No single pattern of biodiversity has attracted ecologists more than the observed increase in species richness from the poles to the tropics (Pianka, 1966; Rohde, 1992; Rosenzweig & Sandlin, 1997; Gaston & Blackburn, 2000; Willig, Kaufman & Stevens, 2003; Hillebrand, 2004). An obstacle in the search for the primary cause of this latitudinal gradient is the ever-increasing number of hypotheses (Pianka, 1966; Rohde, 1992; Clarke, this volume), their interdependence (Currie, 1991; Gaston & Blackburn, 2000) and lack of rigorous falsification (Currie, Francis & Kerr, 1999; Currie, this volume). However, a general decline in species richness with latitude is commonly observed (Pielou, 1977; Colwell & Hurtt, 1994; Willig & Lyons, 1998; Colwell & Lees, 2000; Zapata, Gaston & Chown, 2003; Colwell, Rahbek & Gotelli, 2004).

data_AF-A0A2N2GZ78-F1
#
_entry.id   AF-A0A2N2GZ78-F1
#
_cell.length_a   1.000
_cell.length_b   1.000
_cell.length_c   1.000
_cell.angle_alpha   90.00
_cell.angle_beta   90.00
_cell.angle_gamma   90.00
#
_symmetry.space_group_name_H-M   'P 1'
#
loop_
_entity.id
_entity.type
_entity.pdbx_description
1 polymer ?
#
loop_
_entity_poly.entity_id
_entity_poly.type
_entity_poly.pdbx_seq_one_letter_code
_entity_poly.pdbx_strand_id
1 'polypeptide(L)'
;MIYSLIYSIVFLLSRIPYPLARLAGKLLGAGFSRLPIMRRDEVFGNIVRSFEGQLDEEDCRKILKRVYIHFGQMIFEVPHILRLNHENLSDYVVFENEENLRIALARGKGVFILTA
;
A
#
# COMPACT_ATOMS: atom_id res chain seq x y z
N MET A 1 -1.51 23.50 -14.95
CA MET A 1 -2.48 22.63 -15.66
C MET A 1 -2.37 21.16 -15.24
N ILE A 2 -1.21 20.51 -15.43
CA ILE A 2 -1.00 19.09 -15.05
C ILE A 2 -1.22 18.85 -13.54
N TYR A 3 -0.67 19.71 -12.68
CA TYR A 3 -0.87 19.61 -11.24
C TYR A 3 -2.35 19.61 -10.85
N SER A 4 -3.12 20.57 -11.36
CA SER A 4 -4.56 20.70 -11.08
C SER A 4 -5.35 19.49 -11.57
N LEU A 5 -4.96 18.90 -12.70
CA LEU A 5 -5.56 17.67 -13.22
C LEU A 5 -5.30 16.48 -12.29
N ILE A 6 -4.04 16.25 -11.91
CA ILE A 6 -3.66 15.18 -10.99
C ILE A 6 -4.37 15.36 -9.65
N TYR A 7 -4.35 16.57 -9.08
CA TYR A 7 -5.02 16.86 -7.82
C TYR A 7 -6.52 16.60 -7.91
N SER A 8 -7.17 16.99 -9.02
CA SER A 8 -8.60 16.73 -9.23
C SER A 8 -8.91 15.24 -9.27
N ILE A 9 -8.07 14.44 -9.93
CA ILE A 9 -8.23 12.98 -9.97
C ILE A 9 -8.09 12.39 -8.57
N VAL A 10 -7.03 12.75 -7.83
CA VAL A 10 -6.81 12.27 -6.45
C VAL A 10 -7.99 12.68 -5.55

Some groups of organisms, however, show an opposite trend: a strong latitudinal decline in species diversity towards the tropics. These trends have been almost neglected in the literature and little is known about their underlying ecological and evolutionary causes. Therefore, the ecological explanations proffered are usually specific to the group in question. Here an account of the most important cases of inverse latitudinal gradients is given. The existing hypotheses explaining this phenomenon are summarized and the evidence that tends to favor one of these is presented.